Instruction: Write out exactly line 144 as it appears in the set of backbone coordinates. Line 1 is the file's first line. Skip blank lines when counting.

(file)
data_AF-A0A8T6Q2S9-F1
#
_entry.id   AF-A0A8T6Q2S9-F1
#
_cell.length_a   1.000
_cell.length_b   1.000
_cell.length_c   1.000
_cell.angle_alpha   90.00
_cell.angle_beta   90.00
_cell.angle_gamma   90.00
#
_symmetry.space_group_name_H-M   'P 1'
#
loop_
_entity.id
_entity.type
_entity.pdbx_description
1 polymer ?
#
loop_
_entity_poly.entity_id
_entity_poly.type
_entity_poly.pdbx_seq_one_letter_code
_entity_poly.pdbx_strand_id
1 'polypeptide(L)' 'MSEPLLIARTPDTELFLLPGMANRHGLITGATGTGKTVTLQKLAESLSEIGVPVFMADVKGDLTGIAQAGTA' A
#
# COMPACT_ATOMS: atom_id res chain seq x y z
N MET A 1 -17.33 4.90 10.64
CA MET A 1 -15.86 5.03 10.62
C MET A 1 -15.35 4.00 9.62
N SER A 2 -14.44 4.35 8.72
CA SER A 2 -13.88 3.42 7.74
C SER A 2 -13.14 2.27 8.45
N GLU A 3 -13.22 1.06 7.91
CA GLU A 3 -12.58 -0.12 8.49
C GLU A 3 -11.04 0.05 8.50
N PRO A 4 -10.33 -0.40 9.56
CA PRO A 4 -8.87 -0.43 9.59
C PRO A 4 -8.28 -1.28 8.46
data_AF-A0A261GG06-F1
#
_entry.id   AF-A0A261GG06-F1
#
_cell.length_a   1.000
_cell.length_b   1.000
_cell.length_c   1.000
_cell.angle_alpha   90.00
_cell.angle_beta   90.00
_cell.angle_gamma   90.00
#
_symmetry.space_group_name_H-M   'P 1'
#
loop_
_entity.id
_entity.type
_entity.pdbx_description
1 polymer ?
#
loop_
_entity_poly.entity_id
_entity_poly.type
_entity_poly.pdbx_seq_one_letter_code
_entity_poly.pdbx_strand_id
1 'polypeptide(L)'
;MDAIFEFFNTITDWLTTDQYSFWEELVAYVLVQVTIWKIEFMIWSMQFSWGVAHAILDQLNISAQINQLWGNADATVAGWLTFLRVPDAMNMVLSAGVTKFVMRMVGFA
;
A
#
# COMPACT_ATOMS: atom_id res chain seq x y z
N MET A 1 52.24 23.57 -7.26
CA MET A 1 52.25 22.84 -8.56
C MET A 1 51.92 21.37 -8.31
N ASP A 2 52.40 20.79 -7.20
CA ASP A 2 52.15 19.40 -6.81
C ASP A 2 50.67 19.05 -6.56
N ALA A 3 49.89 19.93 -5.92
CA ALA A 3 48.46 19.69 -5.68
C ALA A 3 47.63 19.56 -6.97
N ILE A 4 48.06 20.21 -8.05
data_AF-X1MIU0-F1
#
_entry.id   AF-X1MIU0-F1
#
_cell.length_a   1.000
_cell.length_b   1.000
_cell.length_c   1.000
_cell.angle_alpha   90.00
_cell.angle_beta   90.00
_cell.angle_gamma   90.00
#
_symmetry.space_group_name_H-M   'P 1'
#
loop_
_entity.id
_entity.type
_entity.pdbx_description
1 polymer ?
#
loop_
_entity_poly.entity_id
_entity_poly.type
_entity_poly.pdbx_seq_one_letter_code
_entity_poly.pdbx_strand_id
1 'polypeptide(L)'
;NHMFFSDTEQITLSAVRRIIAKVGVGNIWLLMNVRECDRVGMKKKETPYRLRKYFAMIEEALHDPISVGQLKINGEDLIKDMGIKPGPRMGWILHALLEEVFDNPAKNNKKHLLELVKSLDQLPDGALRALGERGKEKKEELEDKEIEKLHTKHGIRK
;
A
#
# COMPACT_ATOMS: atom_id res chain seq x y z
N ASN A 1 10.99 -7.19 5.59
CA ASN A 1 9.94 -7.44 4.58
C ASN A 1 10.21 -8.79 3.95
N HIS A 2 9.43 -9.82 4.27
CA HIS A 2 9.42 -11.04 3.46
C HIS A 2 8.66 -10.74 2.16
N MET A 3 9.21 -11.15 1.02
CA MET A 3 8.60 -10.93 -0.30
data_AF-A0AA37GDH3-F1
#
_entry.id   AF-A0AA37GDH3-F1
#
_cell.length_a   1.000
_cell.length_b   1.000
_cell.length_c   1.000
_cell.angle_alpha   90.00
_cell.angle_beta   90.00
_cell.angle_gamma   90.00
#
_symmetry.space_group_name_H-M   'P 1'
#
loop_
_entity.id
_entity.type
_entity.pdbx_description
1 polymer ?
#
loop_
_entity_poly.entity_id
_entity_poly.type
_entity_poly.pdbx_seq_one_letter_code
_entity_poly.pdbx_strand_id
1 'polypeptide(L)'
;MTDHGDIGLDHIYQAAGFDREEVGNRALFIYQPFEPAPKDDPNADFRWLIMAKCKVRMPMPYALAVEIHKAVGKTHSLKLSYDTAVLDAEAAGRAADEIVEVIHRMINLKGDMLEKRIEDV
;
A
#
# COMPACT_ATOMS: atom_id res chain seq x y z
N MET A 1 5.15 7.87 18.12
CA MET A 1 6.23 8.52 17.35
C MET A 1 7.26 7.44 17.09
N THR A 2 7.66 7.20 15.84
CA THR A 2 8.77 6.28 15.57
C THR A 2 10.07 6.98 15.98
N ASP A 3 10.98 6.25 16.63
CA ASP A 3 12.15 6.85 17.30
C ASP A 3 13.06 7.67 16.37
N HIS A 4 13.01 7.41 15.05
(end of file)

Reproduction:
;